Block: Community medicine, week 1
So yeah, further to my last post I'm going to be trying a new way of doing things on here...there'll be less focus on academic worries and exams, and I'll try to concentrate more on reflecting on what I've seen on placement about the nature of being a medic itself. Ultimately being a medic is more about being able to understand and work well with the job on a day to day basis rather than simply passing exams, so I think it'll be useful to reflect more on my experiences rather than just posting a list of grades every few weeks.
I'm not exactly sure how this will work just yet, but for this week at any rate I have tried to organise my thoughts into subheadings and I'll just try and write a bit on each...here goes...
Finally growing up?
I'm in my 6th year of higher education. For the past six years or so, life has been pretty much exactly the same. I've gotten up in the mornings, gone to lectures/group work (if I've felt like it and if they weren't too early), panicked over exams, gotten results and moved onto the next stage of the degree. Lather, rinse, repeat, term after term, year after year, as I finished my teens and meandered my way through my twenties. The university and location has changed, but the actual routine has been pretty much the same since 2008.
Things are different now...I've finished pre-clinical medicine and what I will be doing from now until 2016 is completing a variety of different placements in medical and surgical specialties. I have no Easter holiday and a two week summer holiday in the middle of August. I have to get up each morning, make sure I'm shaved and presentable, put on some smart clothes and go to placement.
Basically...it feels like I'm finally a less of a conventional uni student and more of a grown up being trained for a real job. Of course...I don't get paid and I'm still not qualified, and even though it's only been a week, already it feels like the endless sequences of lectures-group work-revision-exams was a million years ago and this new way of doing things is going to be more similar to what the rest of my life will be like.
Despite feeling pretty tired this week (there have been early starts each day and a fair amount of traveling around), I feel happy with finally being able to do something a bit different and more grown up-ish. Being a clinical student feels a lot more like what I want and need at my current stage in life, although I can hear the cynics out there saying that this optimism is merely the honeymoon period. They may be right...but I very much doubt I'll ever really start yearning to return to group work.
The difference between this term and last term
Put simply...this time 3 months ago I was panicking about trying to remember exactly what the Loop of Henle does and earlier this week I was taking breakfast orders from patients and helping an elderly gentleman with his washing and dressing. 'Nuff said.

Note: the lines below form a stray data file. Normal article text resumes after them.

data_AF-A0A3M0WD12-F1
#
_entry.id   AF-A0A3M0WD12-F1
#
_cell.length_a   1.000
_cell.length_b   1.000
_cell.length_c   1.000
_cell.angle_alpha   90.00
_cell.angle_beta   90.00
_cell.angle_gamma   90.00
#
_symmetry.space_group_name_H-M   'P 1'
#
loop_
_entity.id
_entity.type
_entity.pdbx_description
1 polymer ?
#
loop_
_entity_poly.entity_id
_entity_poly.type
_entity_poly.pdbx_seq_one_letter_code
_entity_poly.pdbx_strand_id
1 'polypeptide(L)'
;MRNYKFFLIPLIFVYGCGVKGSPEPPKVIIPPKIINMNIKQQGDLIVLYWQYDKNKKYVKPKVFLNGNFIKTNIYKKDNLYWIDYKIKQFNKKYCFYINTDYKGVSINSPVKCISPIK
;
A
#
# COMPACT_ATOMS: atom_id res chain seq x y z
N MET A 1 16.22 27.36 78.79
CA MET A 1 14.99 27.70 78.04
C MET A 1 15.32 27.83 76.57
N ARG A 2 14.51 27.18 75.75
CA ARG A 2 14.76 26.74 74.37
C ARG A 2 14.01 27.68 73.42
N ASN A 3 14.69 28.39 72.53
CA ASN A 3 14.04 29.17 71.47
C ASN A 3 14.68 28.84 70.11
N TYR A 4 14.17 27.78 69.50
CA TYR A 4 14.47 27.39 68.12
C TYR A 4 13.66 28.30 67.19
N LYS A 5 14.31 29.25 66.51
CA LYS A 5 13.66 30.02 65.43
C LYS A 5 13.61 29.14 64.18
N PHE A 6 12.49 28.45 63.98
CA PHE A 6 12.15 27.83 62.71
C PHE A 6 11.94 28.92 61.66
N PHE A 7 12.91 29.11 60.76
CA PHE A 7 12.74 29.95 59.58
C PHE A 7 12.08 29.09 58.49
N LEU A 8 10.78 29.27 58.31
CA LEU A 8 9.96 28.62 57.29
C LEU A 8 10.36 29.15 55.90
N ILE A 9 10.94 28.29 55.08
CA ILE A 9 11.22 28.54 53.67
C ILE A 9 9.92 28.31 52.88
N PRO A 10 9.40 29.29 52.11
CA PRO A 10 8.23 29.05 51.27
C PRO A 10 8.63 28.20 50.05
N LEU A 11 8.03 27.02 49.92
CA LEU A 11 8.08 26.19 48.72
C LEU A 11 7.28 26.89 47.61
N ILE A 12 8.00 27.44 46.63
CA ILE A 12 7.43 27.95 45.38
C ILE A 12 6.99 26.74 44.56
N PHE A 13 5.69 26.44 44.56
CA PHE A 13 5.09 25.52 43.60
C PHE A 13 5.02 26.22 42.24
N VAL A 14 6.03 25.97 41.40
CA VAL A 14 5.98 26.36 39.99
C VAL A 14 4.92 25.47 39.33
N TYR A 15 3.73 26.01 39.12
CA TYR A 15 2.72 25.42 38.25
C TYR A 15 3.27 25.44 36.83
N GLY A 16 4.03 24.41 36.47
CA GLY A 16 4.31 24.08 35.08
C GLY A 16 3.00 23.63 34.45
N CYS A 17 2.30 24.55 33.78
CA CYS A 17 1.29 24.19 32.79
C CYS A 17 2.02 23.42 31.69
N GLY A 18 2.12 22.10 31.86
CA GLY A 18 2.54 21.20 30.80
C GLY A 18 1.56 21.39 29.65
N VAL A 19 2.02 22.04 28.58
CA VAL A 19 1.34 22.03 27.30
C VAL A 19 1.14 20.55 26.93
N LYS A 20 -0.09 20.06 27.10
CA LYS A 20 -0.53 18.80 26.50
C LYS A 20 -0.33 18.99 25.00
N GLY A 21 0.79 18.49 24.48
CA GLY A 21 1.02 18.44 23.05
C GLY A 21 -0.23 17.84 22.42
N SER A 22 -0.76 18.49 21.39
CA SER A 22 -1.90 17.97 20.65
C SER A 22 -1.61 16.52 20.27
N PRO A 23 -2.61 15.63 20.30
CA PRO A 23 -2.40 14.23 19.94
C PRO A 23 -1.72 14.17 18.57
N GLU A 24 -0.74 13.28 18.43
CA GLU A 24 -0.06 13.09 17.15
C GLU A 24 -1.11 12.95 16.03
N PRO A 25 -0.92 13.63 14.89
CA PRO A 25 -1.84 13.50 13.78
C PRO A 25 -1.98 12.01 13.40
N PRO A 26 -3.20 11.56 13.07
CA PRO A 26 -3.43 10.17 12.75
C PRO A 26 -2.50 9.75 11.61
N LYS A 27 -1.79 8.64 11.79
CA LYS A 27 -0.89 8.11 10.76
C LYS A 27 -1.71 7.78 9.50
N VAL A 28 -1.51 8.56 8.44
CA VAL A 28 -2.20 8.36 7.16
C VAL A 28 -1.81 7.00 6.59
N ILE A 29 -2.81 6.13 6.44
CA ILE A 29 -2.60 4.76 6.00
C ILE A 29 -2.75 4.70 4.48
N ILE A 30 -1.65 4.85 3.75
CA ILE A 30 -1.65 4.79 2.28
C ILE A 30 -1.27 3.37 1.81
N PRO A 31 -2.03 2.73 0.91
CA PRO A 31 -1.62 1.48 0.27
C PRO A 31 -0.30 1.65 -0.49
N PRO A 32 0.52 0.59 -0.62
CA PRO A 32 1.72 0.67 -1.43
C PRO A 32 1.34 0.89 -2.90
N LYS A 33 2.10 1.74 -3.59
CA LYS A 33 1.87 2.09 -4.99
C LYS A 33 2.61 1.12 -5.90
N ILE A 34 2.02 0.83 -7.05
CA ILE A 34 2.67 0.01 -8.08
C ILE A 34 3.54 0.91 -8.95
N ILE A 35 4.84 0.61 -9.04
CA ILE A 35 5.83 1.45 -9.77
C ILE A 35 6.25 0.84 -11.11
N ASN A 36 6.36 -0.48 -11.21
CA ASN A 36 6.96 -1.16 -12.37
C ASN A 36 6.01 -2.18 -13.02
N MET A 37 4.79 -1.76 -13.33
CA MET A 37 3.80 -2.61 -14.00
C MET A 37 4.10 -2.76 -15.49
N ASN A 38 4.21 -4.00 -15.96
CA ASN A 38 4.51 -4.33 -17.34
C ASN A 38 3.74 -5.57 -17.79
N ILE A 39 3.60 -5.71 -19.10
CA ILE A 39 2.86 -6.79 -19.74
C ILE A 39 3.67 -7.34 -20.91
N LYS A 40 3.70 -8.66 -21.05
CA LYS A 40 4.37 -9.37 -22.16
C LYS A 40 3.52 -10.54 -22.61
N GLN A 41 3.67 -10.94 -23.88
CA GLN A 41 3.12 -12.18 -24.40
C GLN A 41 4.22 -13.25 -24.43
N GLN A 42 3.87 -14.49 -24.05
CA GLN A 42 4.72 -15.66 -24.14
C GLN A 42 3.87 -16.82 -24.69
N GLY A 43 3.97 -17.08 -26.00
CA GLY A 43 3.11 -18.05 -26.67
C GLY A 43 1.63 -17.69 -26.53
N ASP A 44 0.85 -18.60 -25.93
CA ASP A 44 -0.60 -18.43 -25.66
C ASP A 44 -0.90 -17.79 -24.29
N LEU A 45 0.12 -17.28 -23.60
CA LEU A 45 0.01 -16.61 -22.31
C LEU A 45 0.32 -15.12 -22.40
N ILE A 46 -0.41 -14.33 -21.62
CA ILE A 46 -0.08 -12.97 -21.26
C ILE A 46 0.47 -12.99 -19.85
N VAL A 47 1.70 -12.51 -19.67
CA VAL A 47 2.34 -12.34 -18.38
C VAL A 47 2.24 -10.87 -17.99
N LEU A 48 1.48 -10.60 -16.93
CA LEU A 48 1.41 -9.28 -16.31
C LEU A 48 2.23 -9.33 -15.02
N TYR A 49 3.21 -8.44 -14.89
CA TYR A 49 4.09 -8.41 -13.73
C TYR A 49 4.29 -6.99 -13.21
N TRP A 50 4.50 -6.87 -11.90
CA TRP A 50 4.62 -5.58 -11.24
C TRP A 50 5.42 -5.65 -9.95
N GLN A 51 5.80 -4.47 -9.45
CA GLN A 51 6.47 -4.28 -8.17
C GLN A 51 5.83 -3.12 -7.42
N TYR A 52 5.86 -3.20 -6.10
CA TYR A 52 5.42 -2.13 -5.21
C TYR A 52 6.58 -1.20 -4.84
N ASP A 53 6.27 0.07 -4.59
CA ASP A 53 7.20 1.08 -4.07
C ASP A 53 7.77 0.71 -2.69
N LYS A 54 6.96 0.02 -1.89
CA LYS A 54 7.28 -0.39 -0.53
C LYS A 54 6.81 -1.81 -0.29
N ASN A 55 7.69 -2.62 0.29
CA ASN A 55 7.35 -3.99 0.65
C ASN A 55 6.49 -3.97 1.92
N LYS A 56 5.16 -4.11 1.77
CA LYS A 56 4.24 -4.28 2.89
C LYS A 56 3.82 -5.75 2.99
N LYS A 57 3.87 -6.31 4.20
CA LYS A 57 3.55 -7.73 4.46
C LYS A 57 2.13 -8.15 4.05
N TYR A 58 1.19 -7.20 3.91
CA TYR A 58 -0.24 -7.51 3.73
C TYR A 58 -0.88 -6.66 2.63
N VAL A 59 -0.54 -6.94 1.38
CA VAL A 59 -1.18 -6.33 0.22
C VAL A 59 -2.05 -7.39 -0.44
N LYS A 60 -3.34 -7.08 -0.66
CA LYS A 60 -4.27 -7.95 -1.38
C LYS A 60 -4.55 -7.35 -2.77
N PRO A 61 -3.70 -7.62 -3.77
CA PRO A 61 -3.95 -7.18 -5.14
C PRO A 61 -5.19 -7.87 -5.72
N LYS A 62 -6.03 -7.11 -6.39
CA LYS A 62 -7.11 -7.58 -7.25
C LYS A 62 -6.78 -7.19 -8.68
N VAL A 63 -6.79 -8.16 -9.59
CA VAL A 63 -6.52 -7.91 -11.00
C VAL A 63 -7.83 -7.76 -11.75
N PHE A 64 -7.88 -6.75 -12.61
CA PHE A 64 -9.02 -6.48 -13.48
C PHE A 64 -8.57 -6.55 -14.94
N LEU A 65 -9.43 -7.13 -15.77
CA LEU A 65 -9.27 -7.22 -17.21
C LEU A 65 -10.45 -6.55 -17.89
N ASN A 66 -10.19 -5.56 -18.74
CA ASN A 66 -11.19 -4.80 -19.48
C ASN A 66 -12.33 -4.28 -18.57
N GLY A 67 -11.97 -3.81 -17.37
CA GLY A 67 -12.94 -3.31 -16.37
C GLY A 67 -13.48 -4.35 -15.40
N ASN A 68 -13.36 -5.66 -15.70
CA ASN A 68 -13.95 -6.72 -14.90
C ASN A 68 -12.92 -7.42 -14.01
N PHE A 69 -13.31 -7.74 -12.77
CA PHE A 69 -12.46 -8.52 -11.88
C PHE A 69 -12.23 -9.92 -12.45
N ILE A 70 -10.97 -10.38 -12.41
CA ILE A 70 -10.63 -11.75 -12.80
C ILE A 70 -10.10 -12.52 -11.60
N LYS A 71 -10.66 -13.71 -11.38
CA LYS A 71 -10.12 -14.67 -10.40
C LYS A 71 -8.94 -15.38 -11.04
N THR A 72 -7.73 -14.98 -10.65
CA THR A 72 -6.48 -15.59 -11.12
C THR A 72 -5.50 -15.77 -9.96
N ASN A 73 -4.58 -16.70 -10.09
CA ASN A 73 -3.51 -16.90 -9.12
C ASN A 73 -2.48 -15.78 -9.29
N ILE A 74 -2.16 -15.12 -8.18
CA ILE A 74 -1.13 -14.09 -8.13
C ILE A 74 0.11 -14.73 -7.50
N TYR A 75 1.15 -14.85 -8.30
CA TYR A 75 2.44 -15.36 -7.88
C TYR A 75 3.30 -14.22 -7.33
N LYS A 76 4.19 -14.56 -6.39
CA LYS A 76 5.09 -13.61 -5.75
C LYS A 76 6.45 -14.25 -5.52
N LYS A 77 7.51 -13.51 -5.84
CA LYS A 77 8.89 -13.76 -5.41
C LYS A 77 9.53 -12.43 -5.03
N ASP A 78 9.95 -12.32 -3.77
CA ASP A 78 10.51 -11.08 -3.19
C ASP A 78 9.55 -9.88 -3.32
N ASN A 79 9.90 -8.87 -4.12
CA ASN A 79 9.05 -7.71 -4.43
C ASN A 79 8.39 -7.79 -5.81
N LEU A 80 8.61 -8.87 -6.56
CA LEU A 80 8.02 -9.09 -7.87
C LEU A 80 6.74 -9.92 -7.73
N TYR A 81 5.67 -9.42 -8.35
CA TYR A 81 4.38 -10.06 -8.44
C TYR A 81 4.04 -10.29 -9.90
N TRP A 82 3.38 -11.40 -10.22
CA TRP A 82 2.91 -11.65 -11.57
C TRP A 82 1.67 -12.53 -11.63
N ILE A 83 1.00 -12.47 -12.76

So this week I've been based on a stroke unit...the hospital is small and friendly...there's a consultant and a registrar based on the ward and one morning I found myself joining them and a few nurses on the ward round as they went from bed to bed checking up on the patients and reviewing their medication, listening to their concerns etc.
This definitely felt like what being a medical student should be like...though it became slightly more demanding when the consultant asked me some questions and I got a few of them wrong. This was especially annoying since they were questions which I'm sure I knew the answer to deep down...perhaps it was a case of nerves and being felt like I was being put on the spot? At any rate, I feel that clinical medicine will involve a lot of instances of getting things wrong in front of my seniors and having to go away and make sure I learn it properly for future reference. Unlike before, there's no immediate exam pressure, only the desire to not appear lazy and/or incompetent in front of doctors and patients...which in some ways is more motivating than the threat of failing exams.
The bigger picture
Last week my (fairly new) phone broke. I was a bit gutted about this since it was my first smartphone (yes, I know I'm late to the game) and I'd barely had it a few weeks and it was already being sent off to repair at god knows what cost. I'd been enjoying using Snapchat and WhatsApp (it's like free text messaging, don't cha know)...and now I was phoneless for no good reason.
Then I turned up to the ward over the next few days and saw some of the pressures patients and their family members were under. Things rather more difficult and trying than a new phone breaking e.g. uncertainties over the future, housing, money, and so on. And that's not even considering the very obvious and serious medical issues which each of the patients and their families are facing as they attempt to adapt to life following a stroke.
I know that as a future doctor I can't negate all the annoying things in my life simply by remembering that the patients may have it worse. If I did that, I'd never be able to complain about anything ever again and it would probably lead to a lot of unconscious pent-up frustration...but at any rate, on this occasion, considering the bigger picture did bring me back down to earth slightly. I got myself a £10 phone to use in the meantime until my current phone gets repaired...I just hope the warranty covers whatever's gone wrong with it as I really don't want to end up spending loads on it.
I've been blogging for over four years now and this feels like a very different way of writing about things...but it's been good to get these things off my chest. Until next time then...